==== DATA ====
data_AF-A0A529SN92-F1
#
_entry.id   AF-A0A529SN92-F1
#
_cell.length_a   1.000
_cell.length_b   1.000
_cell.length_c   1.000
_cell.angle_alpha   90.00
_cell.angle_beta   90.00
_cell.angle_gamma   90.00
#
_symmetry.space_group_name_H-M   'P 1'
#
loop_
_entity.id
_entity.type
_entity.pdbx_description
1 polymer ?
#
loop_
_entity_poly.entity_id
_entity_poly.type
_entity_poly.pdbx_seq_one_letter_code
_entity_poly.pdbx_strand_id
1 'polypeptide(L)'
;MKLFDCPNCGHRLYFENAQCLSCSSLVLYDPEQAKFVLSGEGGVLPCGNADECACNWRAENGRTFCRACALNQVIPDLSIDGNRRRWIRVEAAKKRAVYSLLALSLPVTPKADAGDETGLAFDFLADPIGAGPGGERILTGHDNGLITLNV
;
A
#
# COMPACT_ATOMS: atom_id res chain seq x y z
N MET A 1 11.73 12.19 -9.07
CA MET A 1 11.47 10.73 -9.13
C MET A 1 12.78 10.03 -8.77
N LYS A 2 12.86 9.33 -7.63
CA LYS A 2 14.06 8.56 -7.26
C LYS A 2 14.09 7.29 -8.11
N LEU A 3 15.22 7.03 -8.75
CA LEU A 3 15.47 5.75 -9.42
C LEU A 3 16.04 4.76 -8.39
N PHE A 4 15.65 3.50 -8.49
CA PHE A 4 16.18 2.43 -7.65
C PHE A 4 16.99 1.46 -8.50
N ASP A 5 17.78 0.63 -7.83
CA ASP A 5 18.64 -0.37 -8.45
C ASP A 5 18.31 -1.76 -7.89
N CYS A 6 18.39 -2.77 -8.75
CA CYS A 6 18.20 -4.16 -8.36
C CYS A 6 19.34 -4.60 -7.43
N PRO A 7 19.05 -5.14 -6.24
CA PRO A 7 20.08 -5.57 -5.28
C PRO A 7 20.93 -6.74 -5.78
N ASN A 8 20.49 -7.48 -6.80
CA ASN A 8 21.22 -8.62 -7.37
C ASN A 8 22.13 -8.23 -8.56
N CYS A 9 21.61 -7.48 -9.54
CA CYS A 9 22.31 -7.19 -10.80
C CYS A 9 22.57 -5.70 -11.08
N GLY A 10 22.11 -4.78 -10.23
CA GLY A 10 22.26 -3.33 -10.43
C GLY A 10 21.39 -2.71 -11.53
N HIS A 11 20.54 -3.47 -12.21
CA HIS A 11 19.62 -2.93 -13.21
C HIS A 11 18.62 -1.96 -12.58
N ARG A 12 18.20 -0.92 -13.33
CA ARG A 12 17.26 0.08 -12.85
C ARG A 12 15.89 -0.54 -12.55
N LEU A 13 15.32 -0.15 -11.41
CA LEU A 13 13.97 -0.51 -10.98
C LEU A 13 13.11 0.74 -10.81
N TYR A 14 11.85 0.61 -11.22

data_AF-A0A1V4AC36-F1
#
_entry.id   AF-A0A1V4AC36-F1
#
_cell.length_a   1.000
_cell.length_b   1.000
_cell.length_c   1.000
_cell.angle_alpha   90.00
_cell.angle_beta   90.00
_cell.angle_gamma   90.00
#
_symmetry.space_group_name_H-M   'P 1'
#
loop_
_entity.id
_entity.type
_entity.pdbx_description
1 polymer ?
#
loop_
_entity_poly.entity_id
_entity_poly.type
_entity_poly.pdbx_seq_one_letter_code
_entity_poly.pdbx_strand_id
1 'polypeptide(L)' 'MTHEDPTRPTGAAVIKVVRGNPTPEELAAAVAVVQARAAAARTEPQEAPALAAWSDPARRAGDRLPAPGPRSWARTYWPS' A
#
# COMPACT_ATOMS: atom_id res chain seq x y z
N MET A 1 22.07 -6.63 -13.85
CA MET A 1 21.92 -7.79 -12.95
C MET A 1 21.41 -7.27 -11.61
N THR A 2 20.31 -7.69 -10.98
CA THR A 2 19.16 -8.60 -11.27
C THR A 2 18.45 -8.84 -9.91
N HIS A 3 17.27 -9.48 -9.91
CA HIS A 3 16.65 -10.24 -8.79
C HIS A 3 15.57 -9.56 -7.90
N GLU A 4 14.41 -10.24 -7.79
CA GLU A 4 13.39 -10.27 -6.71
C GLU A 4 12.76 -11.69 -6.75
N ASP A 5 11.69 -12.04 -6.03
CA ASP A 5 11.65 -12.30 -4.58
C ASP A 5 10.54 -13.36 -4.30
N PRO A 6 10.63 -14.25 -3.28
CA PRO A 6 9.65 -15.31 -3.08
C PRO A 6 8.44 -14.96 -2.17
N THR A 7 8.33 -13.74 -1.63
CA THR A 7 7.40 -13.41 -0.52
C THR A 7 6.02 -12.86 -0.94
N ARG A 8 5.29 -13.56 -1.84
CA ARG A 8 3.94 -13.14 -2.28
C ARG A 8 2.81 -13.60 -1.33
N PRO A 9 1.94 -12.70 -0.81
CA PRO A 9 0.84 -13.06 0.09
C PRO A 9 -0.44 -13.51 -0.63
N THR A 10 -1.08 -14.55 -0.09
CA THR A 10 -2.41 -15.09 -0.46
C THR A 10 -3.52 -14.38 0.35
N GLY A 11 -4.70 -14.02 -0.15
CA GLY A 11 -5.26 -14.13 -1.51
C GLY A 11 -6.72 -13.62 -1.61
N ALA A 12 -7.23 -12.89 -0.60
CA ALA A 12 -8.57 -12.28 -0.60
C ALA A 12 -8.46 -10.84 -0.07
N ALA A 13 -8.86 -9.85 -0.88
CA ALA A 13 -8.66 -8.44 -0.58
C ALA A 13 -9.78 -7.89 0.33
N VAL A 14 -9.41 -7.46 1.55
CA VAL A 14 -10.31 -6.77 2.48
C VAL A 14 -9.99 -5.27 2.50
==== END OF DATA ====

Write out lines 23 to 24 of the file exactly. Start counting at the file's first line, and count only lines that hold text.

_entity_poly.pdbx_seq_one_letter_code
_entity_poly.pdbx_strand_id